Slovakia, though still considered part of the hockey elite, is coming off a forgettable Olympic performance and will be toiling without its big stars in Minsk.
Its only World Championship gold came twelve years ago and not a lot of things have happened with Slovakia since to secure its place among perennial contenders. To be sure, there have been two medal finishes, including a spectacular 2011 performance on the way to an unexpected silver, and an Olympic semi-final in 2010 which almost derailed Canada’s golden campaign on home ice.
But there was a lot more disappointment in between these occasional successes, from barely avoiding relegation in 2008 (when it famously took a shootout to finally put away Slovenia) to the miserable performance in Sochi, with four losses in four games, including the 7-1 shellacking by the USA.
And that was a team with Zdeno Chara on its roster! What awaits the Chara-less Slovaks in Minsk? Not a lot of expectation, that is for sure. But it’s not like young and unheralded teams don’t have a history of pleasant surprises at the World Championships. And it’s not like Slovakia has a history of being predictable.
This was a problem area in Sochi, where NHLers Jaroslav Halak and Peter Budaj proved a disappointment and where eventually replaced by Jan Laco from the KHL’s Donbass Donetsk. Laco will arrive in Minsk as the favourite to take over as the starter after leading his team to the Gagarin Cup playoffs. Laco was Slovakia’s number one goalie at the 2012 World Championship and, with Budaj still in the NHL playoffs and Halak missing the Worlds after an eventful season that saw him traded to Washington, the Donbass netminder should be the consensus choice to start the tourney in net.
Laco looked impressive for Slovakia in a pre-Minsk tune-up against Russia, a 4-3 win, that seemed to have solidified his status. His KHL colleague Jarosal Janus was backstopping Slovan Bratislava in a disappointing league campaign but his experience should make him the number two choice, ahead of Julius Hudacek who has not yet played a World Championship game.
Martin Marincin is the only NHL player in Slovakia’s current defensive corps and he only just earned his spot on the Edmonton Oilers lineup this season. That is a far cry from Chara, one of the world’s finest defencemen and generally the face of Slovak hockey.
You won’t find any big stars here, as a matter of fact, though the lineup is somewhere between middling and decent, depending on how it will come together as a team in Minsk. Ivan Svarny had an excellent season with Medvescak Zagreb and landed a two-year deal with the rebuilding Dynamo Minsk. Vladimir Mihalik brings international experience and a huge frame which is only slightly smaller than Chara’s. Expect the Slovaks to attempt to play tough, conservative hockey in its own zone and try to deliver physical punishment to more skilled opponents.
That said, Slovak fans will be rooting mightily for the Boston Bruins to be knocked out of the NHL playoffs so that their most recognizable player would have a chance to shore up the defensive unit in Minsk.
We are sorry, Slovakia, the star forward named Marian you are trying to reach is unavailable. He is currently engaged in knocking either the Anaheim Ducks or the Minnesota Wild out of Stanley Cup contention… Marian Gaborik does look as good as ever in the Kings uniform, but his home country will have to deal without him again. The same goes for Marian Hossa whose Blackhawks are among the Cup favorites this year.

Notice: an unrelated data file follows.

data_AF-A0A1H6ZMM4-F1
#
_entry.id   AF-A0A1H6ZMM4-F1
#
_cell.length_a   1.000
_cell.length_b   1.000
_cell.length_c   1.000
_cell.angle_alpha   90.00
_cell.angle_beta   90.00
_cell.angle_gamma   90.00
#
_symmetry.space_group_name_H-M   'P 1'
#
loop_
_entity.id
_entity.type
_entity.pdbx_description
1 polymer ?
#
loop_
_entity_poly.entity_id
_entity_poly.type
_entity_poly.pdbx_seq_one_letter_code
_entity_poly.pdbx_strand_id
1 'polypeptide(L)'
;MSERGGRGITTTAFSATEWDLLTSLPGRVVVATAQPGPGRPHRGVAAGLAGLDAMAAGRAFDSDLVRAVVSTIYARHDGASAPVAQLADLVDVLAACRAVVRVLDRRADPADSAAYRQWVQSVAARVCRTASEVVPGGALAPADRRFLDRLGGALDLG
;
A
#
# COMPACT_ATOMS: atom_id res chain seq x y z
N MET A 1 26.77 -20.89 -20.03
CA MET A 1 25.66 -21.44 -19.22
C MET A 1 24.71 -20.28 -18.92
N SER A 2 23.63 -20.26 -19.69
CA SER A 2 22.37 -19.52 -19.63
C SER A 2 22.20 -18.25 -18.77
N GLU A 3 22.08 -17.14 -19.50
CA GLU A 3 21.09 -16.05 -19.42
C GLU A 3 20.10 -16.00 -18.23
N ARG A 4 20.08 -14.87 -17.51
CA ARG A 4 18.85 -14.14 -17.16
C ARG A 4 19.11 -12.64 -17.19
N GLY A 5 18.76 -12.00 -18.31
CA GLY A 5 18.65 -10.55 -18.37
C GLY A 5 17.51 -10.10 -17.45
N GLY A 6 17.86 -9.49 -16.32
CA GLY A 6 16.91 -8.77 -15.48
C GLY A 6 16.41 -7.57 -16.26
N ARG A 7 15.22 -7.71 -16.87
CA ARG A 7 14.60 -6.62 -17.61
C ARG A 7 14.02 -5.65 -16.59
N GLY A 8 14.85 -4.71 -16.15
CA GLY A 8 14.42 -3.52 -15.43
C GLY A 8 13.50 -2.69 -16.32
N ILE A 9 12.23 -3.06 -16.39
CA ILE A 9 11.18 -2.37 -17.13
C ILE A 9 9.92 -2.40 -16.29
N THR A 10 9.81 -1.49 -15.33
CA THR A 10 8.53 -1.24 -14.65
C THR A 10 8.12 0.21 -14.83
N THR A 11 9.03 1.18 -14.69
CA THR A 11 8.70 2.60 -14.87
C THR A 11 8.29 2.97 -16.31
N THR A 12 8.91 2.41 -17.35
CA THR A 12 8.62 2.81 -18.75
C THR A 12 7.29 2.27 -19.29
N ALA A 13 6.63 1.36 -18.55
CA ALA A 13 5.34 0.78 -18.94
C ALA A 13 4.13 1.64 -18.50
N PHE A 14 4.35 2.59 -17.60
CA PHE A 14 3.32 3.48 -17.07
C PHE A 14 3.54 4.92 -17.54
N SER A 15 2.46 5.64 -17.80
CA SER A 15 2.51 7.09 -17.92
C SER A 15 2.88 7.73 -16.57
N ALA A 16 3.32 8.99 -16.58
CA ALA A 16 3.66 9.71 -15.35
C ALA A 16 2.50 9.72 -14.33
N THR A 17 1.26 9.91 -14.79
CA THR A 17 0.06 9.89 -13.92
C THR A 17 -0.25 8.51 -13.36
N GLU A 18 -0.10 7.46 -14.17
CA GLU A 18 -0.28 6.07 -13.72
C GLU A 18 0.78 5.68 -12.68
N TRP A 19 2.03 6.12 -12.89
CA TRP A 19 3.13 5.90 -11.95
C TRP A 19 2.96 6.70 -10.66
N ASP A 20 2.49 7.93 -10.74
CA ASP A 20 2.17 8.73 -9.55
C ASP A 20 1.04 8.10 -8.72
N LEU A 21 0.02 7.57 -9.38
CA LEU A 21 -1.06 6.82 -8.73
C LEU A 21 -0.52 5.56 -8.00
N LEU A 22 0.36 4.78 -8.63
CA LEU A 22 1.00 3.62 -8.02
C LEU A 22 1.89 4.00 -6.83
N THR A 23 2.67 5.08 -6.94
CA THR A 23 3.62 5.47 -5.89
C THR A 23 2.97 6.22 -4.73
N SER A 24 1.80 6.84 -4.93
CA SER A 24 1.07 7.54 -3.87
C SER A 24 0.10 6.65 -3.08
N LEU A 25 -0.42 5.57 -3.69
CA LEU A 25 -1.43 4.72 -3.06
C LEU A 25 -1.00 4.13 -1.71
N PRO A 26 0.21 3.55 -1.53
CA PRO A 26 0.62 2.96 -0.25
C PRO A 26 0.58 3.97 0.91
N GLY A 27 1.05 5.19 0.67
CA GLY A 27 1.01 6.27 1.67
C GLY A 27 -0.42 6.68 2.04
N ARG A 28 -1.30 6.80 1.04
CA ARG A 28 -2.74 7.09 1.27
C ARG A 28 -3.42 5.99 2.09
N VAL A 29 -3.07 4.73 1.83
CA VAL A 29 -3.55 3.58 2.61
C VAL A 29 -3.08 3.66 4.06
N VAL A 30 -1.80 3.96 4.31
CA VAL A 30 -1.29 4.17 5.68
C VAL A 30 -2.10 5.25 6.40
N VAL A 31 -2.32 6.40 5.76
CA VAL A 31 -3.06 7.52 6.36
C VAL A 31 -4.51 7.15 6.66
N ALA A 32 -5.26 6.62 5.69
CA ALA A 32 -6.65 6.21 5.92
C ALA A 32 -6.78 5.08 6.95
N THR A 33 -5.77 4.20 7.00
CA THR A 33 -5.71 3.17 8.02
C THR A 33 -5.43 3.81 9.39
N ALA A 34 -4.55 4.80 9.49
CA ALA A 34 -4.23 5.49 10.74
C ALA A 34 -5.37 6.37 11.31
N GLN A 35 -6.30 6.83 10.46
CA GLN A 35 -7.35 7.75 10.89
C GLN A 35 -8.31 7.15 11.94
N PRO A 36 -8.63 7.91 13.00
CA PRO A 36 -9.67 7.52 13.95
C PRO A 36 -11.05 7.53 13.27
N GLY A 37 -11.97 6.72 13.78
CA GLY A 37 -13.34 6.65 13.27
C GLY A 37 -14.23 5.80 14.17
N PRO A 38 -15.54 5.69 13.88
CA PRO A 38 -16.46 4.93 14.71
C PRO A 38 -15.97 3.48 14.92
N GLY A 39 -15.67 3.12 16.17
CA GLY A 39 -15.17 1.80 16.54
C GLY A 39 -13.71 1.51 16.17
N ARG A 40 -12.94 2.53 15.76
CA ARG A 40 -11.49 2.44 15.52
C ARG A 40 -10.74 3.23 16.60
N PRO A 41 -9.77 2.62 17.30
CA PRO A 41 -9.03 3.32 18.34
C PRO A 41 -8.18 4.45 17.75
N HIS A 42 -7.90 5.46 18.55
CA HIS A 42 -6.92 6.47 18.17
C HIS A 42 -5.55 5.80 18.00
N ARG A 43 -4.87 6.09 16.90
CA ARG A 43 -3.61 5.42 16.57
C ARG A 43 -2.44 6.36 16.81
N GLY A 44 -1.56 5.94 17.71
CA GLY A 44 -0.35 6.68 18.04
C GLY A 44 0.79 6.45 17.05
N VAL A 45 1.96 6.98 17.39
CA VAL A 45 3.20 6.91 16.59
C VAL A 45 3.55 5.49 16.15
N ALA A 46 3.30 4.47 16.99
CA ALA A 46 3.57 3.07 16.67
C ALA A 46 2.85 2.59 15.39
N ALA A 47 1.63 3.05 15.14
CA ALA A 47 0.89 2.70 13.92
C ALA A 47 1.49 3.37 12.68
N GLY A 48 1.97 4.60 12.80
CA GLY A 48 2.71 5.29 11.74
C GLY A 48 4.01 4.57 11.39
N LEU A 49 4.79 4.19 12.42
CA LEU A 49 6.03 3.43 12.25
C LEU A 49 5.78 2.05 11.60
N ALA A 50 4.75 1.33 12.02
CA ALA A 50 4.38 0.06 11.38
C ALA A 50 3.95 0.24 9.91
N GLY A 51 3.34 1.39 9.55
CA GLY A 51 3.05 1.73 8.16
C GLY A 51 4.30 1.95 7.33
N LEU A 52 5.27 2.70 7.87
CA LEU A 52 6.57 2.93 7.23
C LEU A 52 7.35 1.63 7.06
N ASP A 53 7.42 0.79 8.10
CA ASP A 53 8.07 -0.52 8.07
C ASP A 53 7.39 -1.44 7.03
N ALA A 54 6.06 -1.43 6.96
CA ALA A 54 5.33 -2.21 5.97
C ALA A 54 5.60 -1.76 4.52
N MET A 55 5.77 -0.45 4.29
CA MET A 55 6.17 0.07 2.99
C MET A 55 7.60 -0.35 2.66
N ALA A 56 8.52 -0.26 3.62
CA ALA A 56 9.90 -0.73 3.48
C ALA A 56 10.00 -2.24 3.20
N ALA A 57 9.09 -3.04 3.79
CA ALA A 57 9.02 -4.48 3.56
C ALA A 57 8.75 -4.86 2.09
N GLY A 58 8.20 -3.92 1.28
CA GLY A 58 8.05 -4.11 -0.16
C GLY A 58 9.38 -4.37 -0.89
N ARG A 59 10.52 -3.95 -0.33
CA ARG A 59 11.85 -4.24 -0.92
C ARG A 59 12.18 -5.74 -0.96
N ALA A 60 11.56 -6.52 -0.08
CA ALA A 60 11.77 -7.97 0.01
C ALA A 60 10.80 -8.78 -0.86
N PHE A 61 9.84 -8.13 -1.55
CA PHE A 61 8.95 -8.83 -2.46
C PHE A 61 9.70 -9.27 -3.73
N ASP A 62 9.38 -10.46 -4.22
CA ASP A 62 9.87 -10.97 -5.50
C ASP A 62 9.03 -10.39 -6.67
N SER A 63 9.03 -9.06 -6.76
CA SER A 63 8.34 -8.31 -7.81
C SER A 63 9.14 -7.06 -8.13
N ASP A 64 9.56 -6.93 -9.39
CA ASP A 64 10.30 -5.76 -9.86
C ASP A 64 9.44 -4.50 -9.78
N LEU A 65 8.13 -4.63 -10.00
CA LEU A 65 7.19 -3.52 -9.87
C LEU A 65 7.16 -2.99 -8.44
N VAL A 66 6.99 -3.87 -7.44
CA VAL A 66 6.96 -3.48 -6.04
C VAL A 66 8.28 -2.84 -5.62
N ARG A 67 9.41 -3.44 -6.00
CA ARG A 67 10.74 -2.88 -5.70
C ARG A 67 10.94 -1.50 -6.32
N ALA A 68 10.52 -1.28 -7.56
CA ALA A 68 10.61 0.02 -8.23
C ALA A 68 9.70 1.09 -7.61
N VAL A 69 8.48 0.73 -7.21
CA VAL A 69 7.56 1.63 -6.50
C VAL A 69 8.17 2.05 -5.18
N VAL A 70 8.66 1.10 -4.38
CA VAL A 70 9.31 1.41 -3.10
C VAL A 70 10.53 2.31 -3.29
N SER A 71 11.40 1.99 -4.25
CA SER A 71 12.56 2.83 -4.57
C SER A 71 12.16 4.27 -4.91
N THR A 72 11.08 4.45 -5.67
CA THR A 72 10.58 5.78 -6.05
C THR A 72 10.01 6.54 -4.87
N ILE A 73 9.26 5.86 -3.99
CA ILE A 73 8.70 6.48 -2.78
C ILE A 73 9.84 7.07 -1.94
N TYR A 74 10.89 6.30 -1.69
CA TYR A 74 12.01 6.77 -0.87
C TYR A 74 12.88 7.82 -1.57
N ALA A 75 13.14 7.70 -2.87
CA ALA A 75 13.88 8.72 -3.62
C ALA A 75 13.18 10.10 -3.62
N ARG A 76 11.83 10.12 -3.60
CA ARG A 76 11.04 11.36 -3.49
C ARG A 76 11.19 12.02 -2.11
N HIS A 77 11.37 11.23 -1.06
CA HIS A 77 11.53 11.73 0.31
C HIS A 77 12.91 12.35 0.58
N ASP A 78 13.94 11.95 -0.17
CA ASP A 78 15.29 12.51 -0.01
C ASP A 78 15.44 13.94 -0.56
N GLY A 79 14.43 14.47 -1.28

This means that the NHL contingent for Slovakia is limited to a couple of youngsters, Detroit’s Tomas Tatar and Tampa’s Richard Panik. The former is a very exciting player who has scored 19 goals and 39 points for the Red Wings this season and made his Olympic debut in Sochi. So did Panik, but his transition from a superstar of junior hockey to the “big time” has not been as effortless.
Speaking of junior stars, Martin Reway is tearing up the QMJHL with Gatineau Olympique and had a great World Junior Championship this year, but is still an unknown commodity in adult hockey.
Former Phoenix Coyotes regular Ladislav Nagy is no longer NHL material but he is enjoying a very productive career in Europe, with Jokerit Helsinki being his latest stop, where he was nearly a point-a-game player.
But as far as real star power goes, nobody beats the indestructible 39-year-old captain Miroslav Satan who will appear in a mind-boggling 12th World Championship. The only remaining link to the 2002 gold-medal team, which he also captained, spent the last several years with Slovan and saw his role diminished by age and injuries. Still, few people in Slovak hockey command as much respect as he does and his presence will serve a unifying role on the otherwise inexperienced and raw lineup.
At least Vladimir Vujtek does not lack experience and accomplishments. The Czech coach became a fan favourite in Russia when he led Lokomotiv Yaroslavl to two straight Superliga titles (becoming the first foreign bench boss to win the Russian championship) and has forged a great reputation for himself in Slovakia after the successful 2012 World Championship campaign.
Vujtek was largely spared from criticism for the terrible result in Sochi as the injuries to top players were deemed a far bigger factor than coaching failures. Nobody doubts his ability to make the team work hard and play selfless hockey. Whether this will be enough to overcome another personnel deficiency remains to be seen.
The opening day’s “derby” with the Czech Republic will be well-hyped in both countries, but truly important games lie ahead. Slovakia is projected to make it out of Group A, as it likely needs to finish ahead of such teams as Italy, France, Norway and Denmark in order to do so. Winning these four games is an absolute must if the Slovaks are to avoid the embarrassment of a double-digit-place finish.